A Phase II clinical study of Resveratrol (RES) designed to evaluate the safety, tolerability and effectiveness of Resveratrol on cerebrospinal fluid (CSF) and other biomarkers for the treatment of Alzheimer’s disease (AD).
Resveratrol is derived from plants and is found in highest levels in red wine and the skin of red grapes. The Copenhagen City Heart Study (Treutlen et al 2002) reported that monthly and weekly consumption of red wine is associated with a lower risk of dementia. There is compelling evidence that caloric restriction can improve overall health by activating a class of enzymes known as Sirtuins. Resveratrol is a substance found in some plants that directly activates sirtuins, mimicking the effects of caloric restriction and may affect regulatory pathways of diseases of aging, including AD.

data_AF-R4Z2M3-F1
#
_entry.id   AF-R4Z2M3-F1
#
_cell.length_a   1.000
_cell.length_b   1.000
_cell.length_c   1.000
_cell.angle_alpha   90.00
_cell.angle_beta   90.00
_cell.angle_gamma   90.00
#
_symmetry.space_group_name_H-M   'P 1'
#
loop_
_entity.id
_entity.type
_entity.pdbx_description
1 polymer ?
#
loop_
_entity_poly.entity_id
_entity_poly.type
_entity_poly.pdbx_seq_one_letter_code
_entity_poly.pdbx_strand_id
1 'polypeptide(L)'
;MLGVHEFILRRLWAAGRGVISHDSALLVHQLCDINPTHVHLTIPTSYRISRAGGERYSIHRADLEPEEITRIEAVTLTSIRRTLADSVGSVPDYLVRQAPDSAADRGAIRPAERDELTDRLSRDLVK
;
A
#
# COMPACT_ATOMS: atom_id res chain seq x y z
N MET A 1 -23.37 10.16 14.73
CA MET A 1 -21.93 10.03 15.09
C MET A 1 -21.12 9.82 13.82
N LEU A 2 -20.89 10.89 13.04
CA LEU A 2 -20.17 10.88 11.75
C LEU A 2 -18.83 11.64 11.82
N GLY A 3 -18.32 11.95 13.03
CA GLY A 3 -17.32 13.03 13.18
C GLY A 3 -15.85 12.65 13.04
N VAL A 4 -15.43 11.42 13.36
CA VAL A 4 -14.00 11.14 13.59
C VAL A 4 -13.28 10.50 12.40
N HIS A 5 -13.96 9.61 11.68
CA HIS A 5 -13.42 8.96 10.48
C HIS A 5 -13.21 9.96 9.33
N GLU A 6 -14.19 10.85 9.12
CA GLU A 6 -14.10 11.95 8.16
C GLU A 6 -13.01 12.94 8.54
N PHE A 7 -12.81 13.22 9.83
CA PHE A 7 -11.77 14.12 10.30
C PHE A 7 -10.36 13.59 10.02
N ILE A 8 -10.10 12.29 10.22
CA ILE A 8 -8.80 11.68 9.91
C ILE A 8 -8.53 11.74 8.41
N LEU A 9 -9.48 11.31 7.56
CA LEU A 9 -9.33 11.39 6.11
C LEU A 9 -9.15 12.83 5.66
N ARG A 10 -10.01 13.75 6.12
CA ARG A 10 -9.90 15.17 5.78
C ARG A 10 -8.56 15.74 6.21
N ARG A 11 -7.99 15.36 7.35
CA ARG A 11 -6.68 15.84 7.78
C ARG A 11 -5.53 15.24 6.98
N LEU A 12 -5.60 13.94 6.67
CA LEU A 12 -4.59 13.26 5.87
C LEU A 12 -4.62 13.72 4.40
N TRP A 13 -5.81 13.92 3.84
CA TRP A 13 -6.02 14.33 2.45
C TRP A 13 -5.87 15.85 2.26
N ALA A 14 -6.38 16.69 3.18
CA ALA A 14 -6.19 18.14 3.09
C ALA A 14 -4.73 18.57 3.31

In this study, people with AD will be given either Resveratrol or placebo (looks like the study drug but contains no active medication) for 12 months to determine whether daily Resveratrol therapy is beneficial in delaying or altering the deterioration of memory and daily functioning. Patients with a diagnosis of probable AD may qualify for participation in this study.